Quentin Smith argues that the natural law that animals must savagely kill and devour each other in order to survive is an evil natural law and that the obtaining of this law is sufficient evidence that God does not exist.
In this paper Arnold T. Guminski examines the modal ontological argument based upon possible worlds semantics expounded by Alvin Plantinga and further developed and defended by William Lane Craig. In section A Guminski discloses the flawed underlying assumptions of this Plantinga modal ontological argument (PMOA). In section B he defends the “anti – Plantinga modal ontological argument – argument” (or anti-PMOA-argument) by showing that a maximally great being is not broadly logically possible. In section C Guminski shows that the anti-PMOA-argument is amply confirmed since the procedure used to construct the PMOA plausibly allows the construction of arguments relevantly similar to the PMOA, but inconsistent with it. Section D explains why that which is broadly logically possible/necessary ought to be distinguished from that which is metaphysically possible/necessary. Section E considers the plausibility of premise 1 of the PMOA according to the writings of other scholars.
A popular response to the problem of evil contends that there is a necessary connection between free will and the existence of moral (or human-caused) evil. Alvin Plantinga, for instance, has advanced a concept of “transworld depravity”–essentially the idea that in any possible world where a given person has substantial free will, that person will necessarily commit at least one immoral act. In criticizing Plantinga’s notion of transworld depravity, Clement Dore offers an alternative solution. But Weisberger argues that Dore’s solution also fails because the existence of free will in no way necessitates either the human capacity to act wrongly or the excessive amount of moral evil we actually find in the world. Weisberger concludes that the free will defense utterly fails to undermine the argument from evil.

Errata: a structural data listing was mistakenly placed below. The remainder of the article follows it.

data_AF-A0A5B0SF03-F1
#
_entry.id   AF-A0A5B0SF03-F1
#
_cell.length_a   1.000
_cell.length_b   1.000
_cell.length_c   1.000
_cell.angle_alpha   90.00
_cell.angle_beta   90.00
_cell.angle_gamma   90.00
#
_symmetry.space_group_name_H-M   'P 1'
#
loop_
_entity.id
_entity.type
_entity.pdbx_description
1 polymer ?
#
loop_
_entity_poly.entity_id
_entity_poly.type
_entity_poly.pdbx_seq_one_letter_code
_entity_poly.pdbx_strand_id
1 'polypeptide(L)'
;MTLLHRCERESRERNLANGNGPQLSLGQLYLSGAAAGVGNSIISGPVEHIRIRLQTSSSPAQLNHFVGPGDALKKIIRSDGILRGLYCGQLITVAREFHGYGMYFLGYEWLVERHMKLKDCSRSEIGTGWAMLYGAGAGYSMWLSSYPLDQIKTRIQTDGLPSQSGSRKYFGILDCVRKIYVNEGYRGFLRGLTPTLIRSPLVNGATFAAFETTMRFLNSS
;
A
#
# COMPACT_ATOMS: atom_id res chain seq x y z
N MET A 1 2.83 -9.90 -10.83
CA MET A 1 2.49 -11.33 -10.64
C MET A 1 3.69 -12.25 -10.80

In the closing chapter of Warrant and Proper Function Alvin Plantinga claims that the combination of naturalism and evolutionary theory is epistemologically self-defeating. As Robbins points out, however, Plantinga’s argument only applies those who hold a “generically Cartesian” picture of the mind, not to those who hold a “generically pragmatist” view of mind. What Plantinga has shown to be self-defeating, if anything, is the generically Cartesian view of our minds. While generic Cartesianism generates the problem of knowledge of the external world, the generically pragmatist view of mind dissolves it.
“It is my purpose to explore some of the problems concerning the relation between divine creation and creaturely freedom by criticizing various versions of the Free Will Defense.”